Snips and Snails and Coelacanth Tails


Fossil and model reconstruction of the Late Triassic coelacanth, Diplurus newarki, commonly found in New Jersey and Pennsylvania.  The model was designed by vertebrate paleontologist Bobb Schaeffer.  Image credit: Yale Peabody Museum / Curious Sengi.

From fossil to the end of a fisherman’s line, the scientific discovery of a living coelacanth in December 1938 is a favorite story of resurrection, determination of a young curator — Marjorie Courtenay-Latimer (1907 – 2004) — at the East London Museum in South Africa, international political intrigue, and intense excitement over what this living (and largely unchanged) representative of an ancient lineage could reveal about the origins of tetrapods like us.


A living coelacanth, Latimeria chalumnae, generally indifferent to paparazzi and awed divers.  Image credit: Projet Gombessa via X-Ray Mag.

Courtenay-Latimer famously describes her initial encounter with a coelacanth that was hauled into a local fish market:

I picked away at the layers of slime to reveal the most beautiful fish I had ever seen.  It was five foot long, a pale mauvy blue with faint flecks of whitish spots; it had an iridescent silver-blue-green sheen all over.  It was covered in hard scales, and it had four limb-like fins and a strange puppy dog tail.  (Quoted from Amemiya, Dorrington, & Meyer 2014.)

Courtenay-Latimer sketch

Marjorie Courtenay-Latimer included this sketch in a letter sent to J.L.B. Smith, requesting his help in identifying an unusual fish brought in as by-catch on a local fishing vessel.  Note that Courtenay-Latimer drew the tail (labeled “caudal fin” here) twice to bring attention to that distinctive feature.  Image credit: African Coelacanth Ecosystem Programme (ACEP)/ South African Institute for Aquatic Biodiversity (SAIAB) via Twitter.

Uncertain what to make of this strange fish, Courtenay-Latimer writes to a scientific colleague and accomplished amateur ichthyologist, J.L.B. Smith (1897 – 1968).  Her sketch of the mystery animal sealed the deal — Smith identified it as a coelacanth, a fish believed to have been extinct since the Late Cretaceous, about 70 million years ago (Amemiya et al. 2013).  Key features to this thrilling recognition was the presence of muscular limb-like fins and the unusual “puppy dog tail” (Hissmann & Fricke 1996).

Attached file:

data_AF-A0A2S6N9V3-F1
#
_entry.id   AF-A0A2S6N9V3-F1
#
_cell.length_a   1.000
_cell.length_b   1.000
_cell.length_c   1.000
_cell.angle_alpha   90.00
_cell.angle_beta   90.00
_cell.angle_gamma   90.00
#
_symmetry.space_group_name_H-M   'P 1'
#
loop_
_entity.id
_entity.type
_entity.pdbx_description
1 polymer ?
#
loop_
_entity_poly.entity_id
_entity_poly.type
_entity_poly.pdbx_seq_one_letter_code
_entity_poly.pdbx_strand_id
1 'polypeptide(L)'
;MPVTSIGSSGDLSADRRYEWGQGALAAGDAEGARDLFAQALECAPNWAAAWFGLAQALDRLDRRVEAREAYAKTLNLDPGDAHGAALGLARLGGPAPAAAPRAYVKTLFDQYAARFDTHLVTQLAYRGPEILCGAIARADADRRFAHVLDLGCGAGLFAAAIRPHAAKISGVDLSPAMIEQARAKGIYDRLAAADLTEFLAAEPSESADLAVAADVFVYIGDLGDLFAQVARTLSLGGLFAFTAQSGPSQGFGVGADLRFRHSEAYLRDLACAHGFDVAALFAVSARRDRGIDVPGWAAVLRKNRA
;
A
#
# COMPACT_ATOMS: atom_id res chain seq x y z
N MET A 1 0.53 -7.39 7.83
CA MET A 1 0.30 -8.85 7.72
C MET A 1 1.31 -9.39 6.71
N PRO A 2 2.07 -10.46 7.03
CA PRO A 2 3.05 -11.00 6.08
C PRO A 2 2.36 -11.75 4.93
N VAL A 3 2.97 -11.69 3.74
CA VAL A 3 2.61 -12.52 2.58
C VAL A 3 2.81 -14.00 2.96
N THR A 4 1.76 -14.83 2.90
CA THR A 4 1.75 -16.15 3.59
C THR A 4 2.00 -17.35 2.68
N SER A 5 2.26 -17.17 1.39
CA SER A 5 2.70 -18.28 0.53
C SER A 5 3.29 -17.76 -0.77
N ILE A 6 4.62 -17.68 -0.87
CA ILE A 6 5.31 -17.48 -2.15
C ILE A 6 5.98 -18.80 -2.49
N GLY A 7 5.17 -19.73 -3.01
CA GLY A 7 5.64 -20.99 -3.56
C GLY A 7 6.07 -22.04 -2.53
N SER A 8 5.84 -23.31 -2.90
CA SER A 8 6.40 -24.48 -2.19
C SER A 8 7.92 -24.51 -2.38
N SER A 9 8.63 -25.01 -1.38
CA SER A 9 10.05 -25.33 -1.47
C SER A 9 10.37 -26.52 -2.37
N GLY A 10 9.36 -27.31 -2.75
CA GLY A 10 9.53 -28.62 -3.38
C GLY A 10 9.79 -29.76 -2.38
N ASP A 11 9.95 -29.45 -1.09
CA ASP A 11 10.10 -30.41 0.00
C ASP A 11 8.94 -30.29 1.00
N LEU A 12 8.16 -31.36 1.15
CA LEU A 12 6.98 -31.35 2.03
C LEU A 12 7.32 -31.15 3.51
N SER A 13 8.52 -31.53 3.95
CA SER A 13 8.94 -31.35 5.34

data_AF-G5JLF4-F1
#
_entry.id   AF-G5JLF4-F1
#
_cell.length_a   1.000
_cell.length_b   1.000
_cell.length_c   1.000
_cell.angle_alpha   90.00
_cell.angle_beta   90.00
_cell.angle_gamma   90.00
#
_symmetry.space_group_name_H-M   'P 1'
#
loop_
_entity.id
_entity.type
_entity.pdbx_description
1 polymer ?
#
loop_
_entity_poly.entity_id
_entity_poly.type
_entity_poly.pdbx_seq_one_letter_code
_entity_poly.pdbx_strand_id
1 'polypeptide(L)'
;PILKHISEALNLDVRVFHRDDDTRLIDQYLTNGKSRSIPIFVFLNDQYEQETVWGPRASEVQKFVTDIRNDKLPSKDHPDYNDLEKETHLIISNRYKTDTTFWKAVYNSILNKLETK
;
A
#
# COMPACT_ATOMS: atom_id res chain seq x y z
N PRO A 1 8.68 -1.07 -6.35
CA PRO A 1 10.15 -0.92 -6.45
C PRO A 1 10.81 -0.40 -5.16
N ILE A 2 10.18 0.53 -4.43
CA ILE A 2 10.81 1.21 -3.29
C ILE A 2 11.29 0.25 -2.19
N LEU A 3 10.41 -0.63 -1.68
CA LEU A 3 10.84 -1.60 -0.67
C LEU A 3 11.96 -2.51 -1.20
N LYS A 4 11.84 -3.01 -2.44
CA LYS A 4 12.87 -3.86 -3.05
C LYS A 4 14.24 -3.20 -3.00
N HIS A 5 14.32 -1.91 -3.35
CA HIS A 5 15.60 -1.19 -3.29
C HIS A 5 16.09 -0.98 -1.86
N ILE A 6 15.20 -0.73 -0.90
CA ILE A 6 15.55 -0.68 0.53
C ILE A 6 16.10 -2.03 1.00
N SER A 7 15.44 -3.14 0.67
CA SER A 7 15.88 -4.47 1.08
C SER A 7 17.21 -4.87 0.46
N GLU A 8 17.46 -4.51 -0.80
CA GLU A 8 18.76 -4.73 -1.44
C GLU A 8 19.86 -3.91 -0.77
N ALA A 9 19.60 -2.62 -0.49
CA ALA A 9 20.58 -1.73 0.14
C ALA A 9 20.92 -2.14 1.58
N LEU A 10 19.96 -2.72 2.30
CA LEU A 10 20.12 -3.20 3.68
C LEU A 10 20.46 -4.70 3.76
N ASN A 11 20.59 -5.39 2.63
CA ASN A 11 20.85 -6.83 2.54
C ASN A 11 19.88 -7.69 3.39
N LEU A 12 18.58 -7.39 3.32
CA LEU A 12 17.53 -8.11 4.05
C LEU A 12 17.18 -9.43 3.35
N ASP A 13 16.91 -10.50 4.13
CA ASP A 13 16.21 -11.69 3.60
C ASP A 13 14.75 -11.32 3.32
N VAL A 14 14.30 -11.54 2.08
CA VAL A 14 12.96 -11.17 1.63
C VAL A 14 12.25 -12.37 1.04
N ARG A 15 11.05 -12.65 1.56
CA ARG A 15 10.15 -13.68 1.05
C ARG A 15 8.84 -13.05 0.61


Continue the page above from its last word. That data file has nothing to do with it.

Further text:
Courtenay-Latimer and the fish that shook the world.  Confounded by the Christmas holidays and locals reluctant to have anything to do with this quickly decomposing, oily fish, this young curator managed to convince a taxidermist to salvage the skin.  Courtenay-Latimer remained an active and beloved part of the coelacanth research community until her death at age 97.  Image credit: Wikipedia.

The paired lobe fins were of great interest.  There were four of them, each one filled with muscle and bone and attached to the central, axial skeleton by a rudimentary limb girdle.  Smith made early speculations on the pattern of movement of these lobe fins (Fricke & Hissmann 1992).  It was hypothesized that the fin strokes would be homologous to how animals walk on land and that the coelacanth was pushing itself along the ocean floor with its limb-like fins (Fricke et al. 1987; Fricke & Hissmann 1992; Forey 1998).

Observations of live animals in their deep water habitats showed that coelacanths do not trot around the sea bottom at all, but instead favor life as drifters in the current or generally remaining in the same place, only making the occasional fast start to change direction or lunge towards a tasty item (Fricke et al. 1987; Uyeno 1991; Forey 1998).  While the lobe fins do move alternatively like legs, these are probably acting more as stabilizers.  Most of the slow, forward movement is propelled by the second dorsal and first anal fins sculling in unison (Fricke et al. 1987; Uyeno 1991; Fricke & Hissmann 1992).  This is very unlike many fish familiar to us that rely on their tails or the side-to-side lateral flexures of the body to generate forward thrust (Hissmann & Fricke 1996).


The coelacanth propels itself forward using its second dorsal and first anal fins, as marked by the arrows.  These two fins beat in unison.  This mode of swimming is very similar to that found in [the completely unrelated] Ocean Sunfish (Mola mola).  The paired pectoral and pelvic fins serve more to stabilize the animal.  Image credit: YouTube.